SPOILER WARNING: The following article contains major spoilers for “Uncanny X-Force” #18, in stores now.
In his 1886 book “Beyond Good and Evil,” Friedrich Nietzsche famously warned, “He who fights monsters should see to it that he himself does not become a monster.” In the Marvel Universe, that quote takes on a whole new meaning since many super villains have access to technology that can radically alter a hero’s physiology and soul.
After losing his wings in a super villain attack, original X-Men member Angel (Warren Worthington) was given razor sharp wings by the villainous Apocalypse. Not content with simply altering the mutant on a physical level, Apocalypse also imprinted a violent, angry persona deep within Warren Worthington. Over the years, that persona grew stronger, cementing its control over Worthington. Going by the name Archangel, he and his team members in the latest incarnation of X-Force attacked and seemingly murdered Apocalypse, who had been reborn as a young boy.
In the current arc of “Uncanny X-Force,” Worthington’s dark persona has taken him over completely, transforming the hero into Apocalypse’s heir. The arc, titled “The Dark Angel Saga,” came to a close in “Uncanny X-Force” #18 by writer Rick Remender and artist Jerome Opeña. In our latest COMMENTARY TRACK, Remender joins CBR for insight into some of the pivotal scenes of the issue, which will have a dramatic impact on the long form story the writer is telling in “Uncanny X-Force.”
CBR News: Rick, you open things in a big way, here! On this page. it looks like a machine in the form of the Deathlok Prime cyborg learns how to love.
Rick Remender: That’s the thing about the dichotomy between the AI and the human part of Deathlok. The human half is a mindless psychopath, and his identity has not yet been revealed. Deathlok Prime is a dude who is an awful, vicious psychopath, but the AI became self-aware and started processing the concept of love.
It’s this good-hearted, heroic AI I’ve been building on from the stuff that Jason Aaron set up in “Wolverine: Weapon X” where Deathlok Prime first appeared. He’s now turned into sort of a hippie. He’s all about love and caring. I thought that was a fun direction to take the Deathlok cyborg.
We know that your upcoming run on “Secret Avengers” involves the evolution of robots and other artificial life forms, so it seems this scene might have some significance to both your work in that book and upcoming issues of “Uncanny X-Force.”
[Laughs] Wow! Connecting the dots all ready. Yes, you will see Deathloks in “Secret Avengers” and you’ll see Deathlok Prime in “Wolverine & the X-Men,” so the Deathlok cyborgs are far from done. The more I dig into the Deathloks, the Weapon Plus Program and all of these really cool robot species in the Marvel Universe, the more potential I see for cool stories.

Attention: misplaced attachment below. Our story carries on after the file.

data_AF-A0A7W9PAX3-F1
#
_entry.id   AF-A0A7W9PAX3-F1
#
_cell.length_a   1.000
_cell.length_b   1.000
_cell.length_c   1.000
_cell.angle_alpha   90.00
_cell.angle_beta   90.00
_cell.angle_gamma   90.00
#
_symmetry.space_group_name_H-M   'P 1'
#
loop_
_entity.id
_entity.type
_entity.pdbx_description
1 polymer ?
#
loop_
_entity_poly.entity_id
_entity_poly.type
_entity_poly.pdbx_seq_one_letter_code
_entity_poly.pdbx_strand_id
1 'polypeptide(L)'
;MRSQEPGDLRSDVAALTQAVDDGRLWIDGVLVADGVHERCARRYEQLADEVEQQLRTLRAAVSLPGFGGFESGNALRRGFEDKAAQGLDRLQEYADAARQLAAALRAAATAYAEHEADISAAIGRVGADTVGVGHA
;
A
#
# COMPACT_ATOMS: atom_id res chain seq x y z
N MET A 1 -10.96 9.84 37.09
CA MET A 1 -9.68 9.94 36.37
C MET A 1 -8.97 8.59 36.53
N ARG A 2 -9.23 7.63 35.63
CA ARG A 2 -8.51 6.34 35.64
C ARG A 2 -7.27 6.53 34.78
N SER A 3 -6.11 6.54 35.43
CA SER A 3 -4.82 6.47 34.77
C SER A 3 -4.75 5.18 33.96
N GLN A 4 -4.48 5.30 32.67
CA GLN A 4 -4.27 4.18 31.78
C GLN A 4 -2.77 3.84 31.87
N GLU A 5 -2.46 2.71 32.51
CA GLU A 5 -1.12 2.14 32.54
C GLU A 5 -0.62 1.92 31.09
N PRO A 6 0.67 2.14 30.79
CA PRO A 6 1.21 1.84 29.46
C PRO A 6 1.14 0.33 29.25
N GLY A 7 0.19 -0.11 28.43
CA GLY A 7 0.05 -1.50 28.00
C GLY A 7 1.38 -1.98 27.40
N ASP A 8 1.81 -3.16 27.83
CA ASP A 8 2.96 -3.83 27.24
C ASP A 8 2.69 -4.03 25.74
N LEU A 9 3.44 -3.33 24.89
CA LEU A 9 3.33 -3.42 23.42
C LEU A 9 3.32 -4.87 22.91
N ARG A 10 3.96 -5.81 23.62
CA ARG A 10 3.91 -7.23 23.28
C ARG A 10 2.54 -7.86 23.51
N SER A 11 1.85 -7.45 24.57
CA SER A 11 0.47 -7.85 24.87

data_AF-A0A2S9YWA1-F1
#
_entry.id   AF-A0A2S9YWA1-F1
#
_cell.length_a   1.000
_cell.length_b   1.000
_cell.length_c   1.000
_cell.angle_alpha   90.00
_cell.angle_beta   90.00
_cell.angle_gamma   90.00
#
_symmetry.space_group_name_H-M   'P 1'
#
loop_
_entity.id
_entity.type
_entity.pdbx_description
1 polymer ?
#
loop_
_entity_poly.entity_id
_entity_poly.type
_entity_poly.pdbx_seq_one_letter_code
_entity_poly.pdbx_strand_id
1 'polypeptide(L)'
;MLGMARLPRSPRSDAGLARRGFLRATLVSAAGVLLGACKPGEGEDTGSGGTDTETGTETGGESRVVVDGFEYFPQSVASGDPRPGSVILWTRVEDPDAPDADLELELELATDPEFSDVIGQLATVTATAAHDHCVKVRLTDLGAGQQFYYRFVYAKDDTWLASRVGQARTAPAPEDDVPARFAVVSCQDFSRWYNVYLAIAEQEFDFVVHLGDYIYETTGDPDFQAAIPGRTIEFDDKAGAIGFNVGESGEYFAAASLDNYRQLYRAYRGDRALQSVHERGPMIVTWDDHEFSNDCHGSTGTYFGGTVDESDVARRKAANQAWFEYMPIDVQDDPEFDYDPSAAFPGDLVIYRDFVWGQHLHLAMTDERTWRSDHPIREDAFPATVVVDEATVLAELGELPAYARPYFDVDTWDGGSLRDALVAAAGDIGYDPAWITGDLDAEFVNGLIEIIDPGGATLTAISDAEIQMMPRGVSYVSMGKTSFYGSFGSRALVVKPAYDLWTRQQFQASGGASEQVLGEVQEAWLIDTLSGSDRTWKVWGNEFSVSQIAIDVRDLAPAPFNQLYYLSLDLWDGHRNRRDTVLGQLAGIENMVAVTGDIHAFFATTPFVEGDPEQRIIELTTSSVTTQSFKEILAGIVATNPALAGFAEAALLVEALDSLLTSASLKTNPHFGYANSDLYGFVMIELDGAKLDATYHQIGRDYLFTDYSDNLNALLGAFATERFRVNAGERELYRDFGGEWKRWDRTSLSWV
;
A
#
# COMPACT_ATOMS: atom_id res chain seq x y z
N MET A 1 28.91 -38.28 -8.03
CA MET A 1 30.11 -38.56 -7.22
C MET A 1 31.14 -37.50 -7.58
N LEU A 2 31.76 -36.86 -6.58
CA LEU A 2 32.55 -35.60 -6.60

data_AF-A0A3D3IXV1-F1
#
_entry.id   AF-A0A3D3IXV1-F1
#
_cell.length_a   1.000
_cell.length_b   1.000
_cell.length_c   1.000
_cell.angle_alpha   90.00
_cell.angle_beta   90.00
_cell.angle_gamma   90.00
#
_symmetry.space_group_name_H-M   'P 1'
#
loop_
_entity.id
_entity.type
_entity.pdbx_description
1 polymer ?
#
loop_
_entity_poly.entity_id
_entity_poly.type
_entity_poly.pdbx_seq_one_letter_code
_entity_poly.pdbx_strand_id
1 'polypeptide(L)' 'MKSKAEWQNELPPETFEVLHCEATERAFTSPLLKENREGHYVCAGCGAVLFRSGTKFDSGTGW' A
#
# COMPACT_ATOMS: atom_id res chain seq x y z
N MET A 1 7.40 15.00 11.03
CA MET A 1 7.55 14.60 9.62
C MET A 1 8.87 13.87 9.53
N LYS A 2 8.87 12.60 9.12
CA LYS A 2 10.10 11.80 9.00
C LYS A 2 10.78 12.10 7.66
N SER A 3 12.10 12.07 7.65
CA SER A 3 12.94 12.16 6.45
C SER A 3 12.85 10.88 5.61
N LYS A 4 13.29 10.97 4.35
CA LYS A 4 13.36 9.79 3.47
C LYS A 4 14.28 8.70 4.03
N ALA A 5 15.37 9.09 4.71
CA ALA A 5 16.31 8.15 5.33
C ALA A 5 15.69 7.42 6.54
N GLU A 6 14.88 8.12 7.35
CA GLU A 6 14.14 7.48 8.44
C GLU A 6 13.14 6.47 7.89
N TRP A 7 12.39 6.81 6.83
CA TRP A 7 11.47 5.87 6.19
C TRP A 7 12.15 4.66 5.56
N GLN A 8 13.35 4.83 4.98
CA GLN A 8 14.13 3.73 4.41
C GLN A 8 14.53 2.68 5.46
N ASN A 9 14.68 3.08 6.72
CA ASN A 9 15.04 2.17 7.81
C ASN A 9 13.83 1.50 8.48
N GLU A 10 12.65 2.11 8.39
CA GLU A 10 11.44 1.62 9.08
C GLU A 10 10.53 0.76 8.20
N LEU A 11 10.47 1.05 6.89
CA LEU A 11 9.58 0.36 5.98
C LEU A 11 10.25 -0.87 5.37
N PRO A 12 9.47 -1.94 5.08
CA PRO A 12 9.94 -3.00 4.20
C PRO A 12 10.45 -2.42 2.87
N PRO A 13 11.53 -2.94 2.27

This is something that was actually percolating back when I was working on the FrankenCastle stuff in “Punisher.” I was thinking about making an army of robots before I was thinking monsters, all these other cool robots that have never been given as much spotlight as the shiny super heroes. That’s when I started cooking up the automaton revolution and all the upcoming Descendants stuff.
The first part of that was seeded in “Uncanny X-Force” #5.1. Lady Deathstrike throws out some clues in that issue. Then — I don’t want to give anything away about the story itself, but there’s an image in issue #6 of a shiny Apocalypse in white armor that offers up some clues as to what we did in this issue.
We’ve had up to issue #19 broken down and plotted for about a year and a half, now. It was something Jody and I wanted to make sure was plotted out well in advance, so you could reread it and catch lots of clues and fun stuff. If you go back and look at “Uncanny X-Force” #5.1 and #6, you’ll find a bunch of clues as to what’s coming up in both “Secret Avengers” and “X-Force.”
In this scene, Fantomex tries to get Archangel riled up with jealousy, teasing Warren about how his girlfriend Psylocke chose Fantomex over him. In light of this and his elaborate plan to take down Archangel, which also we see in this issue, we have to wonder: How does Fantomex feel about Psylocke? Does he truly have feelings for her, or has he made romantic advances toward her because he thought she might be of strategic importance? Or was it a little bit of both?